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A Balanced Approach to New Year’s Resolutions

The new year is here and that means you’ll be hearing: “How can you be a better you in the new year?” I’m sure you’ll see it as well: non-stop gym membership commercials on TV, advertisements for weight loss and diet centers on your Facebook feed…the list goes on. At the end of each year, we pick ourselves apart in an effort to try and find something to fix. While this is done with the best of intentions, New Year’s Resolutions often end up being something chosen from a pseudo-list of “things we hate about ourselves.”  Even more often, we fail soon after starting. It’s hard to go from little to full-blown effort simply because the last digit of the year is changing.

I’ve done it. I have failed. I’ve tried again. Failed some more. Written lists and searched online for ideas. I’ve reevaluated. Recently and most importantly, I’ve changed my mindset. As a teacher turned stay-at-home-mom, I’m a planner by nature. I love empty notebooks, pens, and projects. The thought of drafting up a goal and then accomplishing it makes me giddy. If anyone should be on the resolution bandwagon, it’s me, but I’m not.

If something is important enough to us to elicit change, it should happen then, right? While I can get on board with the idea of a fresh start that a new year brings, it is so easy for our thoughts to wander down the path of “Whatever, my diet can start later” or “I can still smoke this cig, it’s not January yet!” Reverse that thought and it’s easy to tell ourselves “Oh well, maybe next year.” Resolutions can and should be made at any time if you think there is room for improvement! There is no due date to try and better ourselves. 

With this in mind, I worked hard creating goals for how I want to live my life. As a teacher at heart it’s hard not to set specific goals such as “by the end of April I’ll have saved $350″… but at the end of the day, a goal so specific would be detrimental to my mental health. As a mom I already stress enough over daily parenting decisions so becoming disappointed about not meeting such high expectations doesn’t need to be added to my to-do list. I wrote my goals in the front of my planner because I use it daily. My planner would be a great place to see and refer to them regularly and to check in with myself about how I’m doing. This year, these same goals will be rewritten into my new planner. They all can still use work, they’re all very relevant to my life, and they all hold value in regards to my day to day happiness.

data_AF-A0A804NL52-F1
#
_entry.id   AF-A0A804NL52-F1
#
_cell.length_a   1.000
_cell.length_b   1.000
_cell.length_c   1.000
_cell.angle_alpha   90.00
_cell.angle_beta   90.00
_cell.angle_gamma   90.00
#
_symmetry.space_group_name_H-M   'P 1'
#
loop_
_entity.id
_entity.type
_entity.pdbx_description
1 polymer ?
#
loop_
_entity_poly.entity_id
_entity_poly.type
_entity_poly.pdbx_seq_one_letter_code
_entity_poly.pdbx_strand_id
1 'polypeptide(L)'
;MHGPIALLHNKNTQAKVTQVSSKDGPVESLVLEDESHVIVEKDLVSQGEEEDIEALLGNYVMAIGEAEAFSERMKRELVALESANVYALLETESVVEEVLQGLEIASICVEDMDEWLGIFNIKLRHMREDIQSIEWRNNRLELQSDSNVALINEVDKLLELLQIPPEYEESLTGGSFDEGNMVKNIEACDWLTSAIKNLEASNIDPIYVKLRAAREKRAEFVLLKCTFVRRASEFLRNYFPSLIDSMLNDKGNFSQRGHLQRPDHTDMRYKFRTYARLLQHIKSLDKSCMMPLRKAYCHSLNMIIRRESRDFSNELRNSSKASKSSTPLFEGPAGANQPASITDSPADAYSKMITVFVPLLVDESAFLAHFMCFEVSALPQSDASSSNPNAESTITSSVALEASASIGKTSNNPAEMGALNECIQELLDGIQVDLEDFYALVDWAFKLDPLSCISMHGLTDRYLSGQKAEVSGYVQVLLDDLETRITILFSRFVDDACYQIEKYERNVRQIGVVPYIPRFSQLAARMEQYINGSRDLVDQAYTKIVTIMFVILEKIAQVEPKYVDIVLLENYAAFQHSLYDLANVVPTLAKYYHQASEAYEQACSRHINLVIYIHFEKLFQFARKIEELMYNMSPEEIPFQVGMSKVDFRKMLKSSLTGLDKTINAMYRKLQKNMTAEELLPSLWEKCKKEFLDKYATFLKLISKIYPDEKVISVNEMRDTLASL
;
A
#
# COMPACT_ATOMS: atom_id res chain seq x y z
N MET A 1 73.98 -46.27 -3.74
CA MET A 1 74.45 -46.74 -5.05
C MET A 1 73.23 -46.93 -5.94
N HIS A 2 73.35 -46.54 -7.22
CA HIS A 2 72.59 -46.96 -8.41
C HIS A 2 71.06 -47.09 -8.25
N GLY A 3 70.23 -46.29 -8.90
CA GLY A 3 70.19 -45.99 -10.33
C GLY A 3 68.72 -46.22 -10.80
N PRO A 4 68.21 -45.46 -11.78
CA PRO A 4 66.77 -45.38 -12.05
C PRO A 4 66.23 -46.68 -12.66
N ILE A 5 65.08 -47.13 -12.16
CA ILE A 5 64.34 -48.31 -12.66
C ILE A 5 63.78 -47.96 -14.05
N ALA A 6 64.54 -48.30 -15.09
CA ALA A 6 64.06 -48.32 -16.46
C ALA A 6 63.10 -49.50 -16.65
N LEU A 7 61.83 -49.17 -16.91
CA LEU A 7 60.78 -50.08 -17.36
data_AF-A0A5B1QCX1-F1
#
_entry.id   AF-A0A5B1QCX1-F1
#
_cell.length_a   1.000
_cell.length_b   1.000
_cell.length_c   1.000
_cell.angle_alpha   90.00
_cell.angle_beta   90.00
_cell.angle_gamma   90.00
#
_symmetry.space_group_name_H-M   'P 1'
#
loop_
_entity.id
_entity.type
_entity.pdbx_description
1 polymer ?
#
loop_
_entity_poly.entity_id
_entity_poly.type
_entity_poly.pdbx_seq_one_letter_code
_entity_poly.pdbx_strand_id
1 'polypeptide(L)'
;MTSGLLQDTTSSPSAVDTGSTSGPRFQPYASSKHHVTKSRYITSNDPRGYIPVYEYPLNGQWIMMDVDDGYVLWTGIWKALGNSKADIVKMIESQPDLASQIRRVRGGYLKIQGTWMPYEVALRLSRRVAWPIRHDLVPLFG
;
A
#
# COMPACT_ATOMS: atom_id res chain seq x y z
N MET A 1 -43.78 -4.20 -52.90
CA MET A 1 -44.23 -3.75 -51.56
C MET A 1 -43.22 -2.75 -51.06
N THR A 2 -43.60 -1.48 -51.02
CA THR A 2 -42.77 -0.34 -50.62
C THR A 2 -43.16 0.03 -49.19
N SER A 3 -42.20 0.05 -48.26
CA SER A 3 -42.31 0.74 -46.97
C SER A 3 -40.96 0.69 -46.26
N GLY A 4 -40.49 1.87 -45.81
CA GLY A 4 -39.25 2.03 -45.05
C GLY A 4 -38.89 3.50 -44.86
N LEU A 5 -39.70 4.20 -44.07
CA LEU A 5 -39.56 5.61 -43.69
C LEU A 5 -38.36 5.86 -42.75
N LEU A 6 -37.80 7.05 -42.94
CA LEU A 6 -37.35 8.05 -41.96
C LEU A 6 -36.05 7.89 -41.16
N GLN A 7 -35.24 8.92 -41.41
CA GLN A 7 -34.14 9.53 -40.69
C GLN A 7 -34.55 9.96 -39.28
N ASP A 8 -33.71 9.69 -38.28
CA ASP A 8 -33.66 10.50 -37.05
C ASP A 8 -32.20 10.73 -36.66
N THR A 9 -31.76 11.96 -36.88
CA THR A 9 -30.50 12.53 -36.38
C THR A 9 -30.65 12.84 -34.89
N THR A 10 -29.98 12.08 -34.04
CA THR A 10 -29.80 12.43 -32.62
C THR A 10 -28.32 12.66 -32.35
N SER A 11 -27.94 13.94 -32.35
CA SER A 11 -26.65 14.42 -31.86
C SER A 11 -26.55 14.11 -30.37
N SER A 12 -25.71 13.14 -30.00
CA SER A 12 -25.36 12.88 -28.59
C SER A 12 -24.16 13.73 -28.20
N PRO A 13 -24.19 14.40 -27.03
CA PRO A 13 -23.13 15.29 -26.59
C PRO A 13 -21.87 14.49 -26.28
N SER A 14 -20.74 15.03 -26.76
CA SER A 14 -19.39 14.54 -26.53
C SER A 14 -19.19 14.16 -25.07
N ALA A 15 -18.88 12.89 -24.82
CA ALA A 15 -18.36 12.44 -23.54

Balancing New Year's Resolutions North Phoenix Moms BlogConsiderations when I wrote my goals:

  • Baby steps – I considered the process rather than the outcome. To me, any step in the right direction is better than none.
  • Happiness – How will I feel when I am making progress on these goals? Is it really important to me?
  • Holistic approach – I’m all or nothing. If I focus on one area, I know that others will surely find themselves lacking. I purposely thought of the different pieces of my life that were important.  This one is really vital to me regarding a single resolution because I don’t want to let other things slide in order to focus on one goal.

Who knows…maybe it’s the season of unpredictability that guides my thoughts about being a little against the notion of “it’s January so make a resolution or don’t let the new year go to waste!” Life with a 2 year old and an infant is not always a walk in the park. I have my goals and will hold onto them, even if only the smallest of baby steps are made. Progress, not perfection.  I’ll be kind to myself along the way, and I’ll work with intention knowing that each day will be a little better, somehow, than the last.

Happy New Year!

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